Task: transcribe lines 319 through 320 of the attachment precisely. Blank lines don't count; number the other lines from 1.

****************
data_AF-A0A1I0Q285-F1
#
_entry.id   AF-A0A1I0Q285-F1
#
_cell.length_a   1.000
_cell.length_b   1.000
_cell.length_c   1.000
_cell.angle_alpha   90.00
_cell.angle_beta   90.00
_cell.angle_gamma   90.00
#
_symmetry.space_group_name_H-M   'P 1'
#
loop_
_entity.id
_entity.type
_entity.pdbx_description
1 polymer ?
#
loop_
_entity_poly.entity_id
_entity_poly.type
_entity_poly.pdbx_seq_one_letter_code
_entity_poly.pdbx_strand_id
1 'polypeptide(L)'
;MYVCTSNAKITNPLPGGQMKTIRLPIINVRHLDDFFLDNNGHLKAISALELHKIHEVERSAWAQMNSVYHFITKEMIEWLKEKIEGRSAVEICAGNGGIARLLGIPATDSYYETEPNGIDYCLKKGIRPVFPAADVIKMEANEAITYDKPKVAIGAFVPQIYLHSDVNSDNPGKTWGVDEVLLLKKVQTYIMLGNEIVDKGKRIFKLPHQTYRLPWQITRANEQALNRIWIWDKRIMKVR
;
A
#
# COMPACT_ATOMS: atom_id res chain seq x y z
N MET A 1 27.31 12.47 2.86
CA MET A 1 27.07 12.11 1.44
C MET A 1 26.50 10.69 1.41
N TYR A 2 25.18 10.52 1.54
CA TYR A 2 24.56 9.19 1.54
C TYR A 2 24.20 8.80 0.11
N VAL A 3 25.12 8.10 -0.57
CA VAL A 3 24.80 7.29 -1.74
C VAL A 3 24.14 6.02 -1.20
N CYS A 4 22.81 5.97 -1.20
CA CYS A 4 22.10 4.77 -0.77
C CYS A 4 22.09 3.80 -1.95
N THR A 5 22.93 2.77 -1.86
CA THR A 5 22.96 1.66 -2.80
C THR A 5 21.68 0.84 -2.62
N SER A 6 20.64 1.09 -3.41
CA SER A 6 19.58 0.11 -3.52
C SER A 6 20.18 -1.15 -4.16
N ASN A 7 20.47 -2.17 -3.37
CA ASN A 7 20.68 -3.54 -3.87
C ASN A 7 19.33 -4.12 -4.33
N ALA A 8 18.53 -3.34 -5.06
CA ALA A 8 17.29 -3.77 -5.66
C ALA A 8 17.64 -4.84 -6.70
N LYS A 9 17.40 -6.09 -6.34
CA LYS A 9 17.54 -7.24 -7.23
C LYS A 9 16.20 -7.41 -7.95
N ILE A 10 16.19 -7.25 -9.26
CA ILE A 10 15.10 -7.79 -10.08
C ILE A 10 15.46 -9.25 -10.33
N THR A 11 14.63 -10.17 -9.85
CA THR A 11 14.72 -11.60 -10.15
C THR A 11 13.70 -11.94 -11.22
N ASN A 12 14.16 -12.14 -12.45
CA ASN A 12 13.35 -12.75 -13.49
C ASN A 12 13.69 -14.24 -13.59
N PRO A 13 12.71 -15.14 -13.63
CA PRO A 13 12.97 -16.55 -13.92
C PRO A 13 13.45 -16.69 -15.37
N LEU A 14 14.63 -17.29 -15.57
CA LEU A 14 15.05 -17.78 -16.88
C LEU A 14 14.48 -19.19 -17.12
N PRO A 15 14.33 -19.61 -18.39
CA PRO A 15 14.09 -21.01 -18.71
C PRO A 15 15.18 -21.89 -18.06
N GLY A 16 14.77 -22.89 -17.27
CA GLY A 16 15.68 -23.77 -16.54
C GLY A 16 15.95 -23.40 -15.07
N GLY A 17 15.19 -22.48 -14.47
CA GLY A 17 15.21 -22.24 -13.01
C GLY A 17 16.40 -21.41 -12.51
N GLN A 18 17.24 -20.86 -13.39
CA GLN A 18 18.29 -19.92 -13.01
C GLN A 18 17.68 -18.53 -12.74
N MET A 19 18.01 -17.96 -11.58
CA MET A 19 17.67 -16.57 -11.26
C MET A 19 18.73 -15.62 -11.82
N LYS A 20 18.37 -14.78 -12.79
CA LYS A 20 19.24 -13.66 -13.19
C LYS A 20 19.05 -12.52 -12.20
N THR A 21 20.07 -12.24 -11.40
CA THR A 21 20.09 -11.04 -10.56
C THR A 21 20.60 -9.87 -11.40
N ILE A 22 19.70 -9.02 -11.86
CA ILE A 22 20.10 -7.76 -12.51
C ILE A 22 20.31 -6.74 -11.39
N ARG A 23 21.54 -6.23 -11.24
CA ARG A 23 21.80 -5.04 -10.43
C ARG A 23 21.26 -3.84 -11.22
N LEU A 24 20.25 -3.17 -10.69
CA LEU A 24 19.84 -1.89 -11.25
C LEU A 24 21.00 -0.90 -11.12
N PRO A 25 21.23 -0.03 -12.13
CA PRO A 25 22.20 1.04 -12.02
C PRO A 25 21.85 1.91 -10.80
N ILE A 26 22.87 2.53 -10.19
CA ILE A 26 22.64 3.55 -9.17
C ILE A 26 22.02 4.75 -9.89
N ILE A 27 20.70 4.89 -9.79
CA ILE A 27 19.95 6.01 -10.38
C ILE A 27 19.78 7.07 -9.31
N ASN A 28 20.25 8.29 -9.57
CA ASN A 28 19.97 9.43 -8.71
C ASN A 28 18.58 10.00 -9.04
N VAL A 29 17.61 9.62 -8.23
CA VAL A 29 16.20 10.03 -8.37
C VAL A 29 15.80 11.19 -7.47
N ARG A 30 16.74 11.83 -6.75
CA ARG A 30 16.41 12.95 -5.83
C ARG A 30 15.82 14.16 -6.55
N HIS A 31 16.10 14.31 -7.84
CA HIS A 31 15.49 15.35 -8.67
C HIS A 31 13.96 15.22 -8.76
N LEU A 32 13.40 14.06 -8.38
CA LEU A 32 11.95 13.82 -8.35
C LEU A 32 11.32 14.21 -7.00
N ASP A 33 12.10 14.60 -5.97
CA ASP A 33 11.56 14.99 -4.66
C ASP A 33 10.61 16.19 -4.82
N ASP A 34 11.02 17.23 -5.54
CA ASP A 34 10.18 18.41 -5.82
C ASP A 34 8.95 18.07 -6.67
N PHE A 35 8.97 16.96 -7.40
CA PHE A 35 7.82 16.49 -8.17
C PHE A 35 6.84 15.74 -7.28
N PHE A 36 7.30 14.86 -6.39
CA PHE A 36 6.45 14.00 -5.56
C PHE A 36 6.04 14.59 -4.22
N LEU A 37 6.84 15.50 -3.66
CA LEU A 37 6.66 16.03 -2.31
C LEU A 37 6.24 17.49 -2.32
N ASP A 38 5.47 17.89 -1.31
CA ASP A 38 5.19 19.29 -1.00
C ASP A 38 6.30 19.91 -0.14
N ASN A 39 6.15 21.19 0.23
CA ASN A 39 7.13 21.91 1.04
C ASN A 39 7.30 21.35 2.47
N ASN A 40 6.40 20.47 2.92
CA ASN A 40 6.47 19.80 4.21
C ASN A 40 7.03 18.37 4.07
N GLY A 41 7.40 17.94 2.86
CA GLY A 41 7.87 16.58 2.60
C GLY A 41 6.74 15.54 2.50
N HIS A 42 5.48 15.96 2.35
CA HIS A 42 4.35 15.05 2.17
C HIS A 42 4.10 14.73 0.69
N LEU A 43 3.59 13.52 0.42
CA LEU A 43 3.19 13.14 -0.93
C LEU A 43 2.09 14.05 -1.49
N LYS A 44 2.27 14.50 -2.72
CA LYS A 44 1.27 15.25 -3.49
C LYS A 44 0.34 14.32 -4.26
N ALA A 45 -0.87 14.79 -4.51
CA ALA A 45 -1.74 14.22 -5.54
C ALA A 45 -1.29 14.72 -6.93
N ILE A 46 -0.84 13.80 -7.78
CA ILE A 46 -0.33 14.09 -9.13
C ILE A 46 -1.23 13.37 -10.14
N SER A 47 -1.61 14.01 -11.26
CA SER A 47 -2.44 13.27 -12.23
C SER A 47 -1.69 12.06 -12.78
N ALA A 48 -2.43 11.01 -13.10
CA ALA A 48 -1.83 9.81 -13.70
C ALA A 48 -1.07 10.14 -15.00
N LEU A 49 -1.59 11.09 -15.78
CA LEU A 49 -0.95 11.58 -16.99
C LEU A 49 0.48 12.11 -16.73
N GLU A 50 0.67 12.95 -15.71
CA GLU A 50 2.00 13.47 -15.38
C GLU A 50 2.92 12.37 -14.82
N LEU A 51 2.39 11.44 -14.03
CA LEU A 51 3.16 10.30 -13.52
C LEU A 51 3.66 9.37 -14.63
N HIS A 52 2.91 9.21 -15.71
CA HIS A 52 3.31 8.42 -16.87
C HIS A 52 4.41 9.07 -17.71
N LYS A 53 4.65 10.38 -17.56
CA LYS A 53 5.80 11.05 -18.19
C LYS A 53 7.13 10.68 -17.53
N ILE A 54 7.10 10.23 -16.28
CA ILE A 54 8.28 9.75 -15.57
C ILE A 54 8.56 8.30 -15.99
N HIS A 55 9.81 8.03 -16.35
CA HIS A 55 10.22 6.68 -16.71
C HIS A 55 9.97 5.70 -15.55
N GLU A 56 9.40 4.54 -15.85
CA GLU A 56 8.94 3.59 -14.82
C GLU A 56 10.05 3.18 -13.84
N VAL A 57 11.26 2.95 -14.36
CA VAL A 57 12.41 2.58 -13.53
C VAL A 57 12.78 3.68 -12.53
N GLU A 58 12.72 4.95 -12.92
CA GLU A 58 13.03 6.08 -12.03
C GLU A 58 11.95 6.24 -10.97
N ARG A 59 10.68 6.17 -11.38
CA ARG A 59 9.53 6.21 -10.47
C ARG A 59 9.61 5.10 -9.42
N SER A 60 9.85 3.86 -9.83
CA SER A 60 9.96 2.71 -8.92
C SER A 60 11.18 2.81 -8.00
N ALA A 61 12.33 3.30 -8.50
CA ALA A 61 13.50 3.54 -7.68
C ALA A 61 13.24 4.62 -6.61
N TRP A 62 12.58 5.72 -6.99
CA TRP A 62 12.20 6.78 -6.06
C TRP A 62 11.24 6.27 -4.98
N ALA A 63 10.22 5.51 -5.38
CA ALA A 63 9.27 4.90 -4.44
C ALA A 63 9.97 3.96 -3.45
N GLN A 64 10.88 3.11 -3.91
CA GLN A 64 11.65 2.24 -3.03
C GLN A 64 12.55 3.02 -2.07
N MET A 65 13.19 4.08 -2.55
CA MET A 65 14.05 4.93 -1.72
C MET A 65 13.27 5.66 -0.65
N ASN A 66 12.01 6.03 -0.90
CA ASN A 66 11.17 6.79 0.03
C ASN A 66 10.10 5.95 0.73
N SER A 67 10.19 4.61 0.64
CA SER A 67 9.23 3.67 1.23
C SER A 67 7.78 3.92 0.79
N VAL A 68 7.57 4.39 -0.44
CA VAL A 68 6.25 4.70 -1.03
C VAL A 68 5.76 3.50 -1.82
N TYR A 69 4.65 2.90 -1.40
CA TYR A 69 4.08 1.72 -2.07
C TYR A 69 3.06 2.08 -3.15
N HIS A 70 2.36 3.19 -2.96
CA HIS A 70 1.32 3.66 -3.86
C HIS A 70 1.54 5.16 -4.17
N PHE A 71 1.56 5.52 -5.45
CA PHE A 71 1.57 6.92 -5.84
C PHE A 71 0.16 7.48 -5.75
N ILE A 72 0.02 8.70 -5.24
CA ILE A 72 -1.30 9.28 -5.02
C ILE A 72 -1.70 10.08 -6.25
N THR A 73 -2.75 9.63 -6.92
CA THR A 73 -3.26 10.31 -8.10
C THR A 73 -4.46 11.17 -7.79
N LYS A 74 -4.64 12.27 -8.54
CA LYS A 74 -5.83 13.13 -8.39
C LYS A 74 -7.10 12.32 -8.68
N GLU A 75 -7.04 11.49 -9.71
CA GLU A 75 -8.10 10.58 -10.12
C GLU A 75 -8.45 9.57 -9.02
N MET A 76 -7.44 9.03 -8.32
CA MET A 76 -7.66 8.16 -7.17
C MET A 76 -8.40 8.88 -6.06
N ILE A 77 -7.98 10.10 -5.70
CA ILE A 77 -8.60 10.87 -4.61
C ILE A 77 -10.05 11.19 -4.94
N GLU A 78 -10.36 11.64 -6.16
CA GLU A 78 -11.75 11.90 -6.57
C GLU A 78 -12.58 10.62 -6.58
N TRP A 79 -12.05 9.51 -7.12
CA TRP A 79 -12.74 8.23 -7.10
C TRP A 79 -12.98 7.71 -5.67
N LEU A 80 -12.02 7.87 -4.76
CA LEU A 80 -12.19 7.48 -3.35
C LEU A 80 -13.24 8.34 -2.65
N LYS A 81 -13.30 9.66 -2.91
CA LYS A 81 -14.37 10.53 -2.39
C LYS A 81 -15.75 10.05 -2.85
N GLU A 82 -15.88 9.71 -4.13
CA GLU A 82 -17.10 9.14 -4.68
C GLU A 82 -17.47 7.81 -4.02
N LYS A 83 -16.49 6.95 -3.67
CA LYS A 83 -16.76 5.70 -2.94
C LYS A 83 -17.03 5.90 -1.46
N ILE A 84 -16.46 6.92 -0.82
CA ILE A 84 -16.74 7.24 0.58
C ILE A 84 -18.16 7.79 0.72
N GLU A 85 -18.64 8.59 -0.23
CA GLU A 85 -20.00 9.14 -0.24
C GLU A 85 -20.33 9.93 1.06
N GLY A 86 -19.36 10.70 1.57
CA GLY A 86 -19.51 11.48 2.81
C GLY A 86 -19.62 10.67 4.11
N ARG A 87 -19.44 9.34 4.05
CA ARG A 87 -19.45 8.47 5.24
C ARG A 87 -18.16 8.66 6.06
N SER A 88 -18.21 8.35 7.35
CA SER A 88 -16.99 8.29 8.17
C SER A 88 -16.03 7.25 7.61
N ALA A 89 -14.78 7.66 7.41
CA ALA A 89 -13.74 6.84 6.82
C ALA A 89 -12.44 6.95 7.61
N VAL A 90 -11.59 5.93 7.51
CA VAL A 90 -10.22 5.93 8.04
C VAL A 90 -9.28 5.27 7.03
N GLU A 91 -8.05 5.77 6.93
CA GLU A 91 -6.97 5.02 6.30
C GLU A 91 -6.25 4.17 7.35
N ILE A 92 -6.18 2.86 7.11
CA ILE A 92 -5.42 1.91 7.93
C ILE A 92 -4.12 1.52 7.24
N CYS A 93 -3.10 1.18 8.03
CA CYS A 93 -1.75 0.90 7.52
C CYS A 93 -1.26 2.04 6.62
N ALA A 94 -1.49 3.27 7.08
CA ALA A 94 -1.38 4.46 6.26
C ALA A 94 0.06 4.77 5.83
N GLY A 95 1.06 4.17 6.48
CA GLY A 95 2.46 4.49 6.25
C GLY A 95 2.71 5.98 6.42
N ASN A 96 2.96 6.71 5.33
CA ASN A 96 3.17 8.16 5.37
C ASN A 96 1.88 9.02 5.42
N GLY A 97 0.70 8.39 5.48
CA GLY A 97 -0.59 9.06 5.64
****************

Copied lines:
N GLY A 97 0.70 8.39 5.48
CA GLY A 97 -0.59 9.06 5.64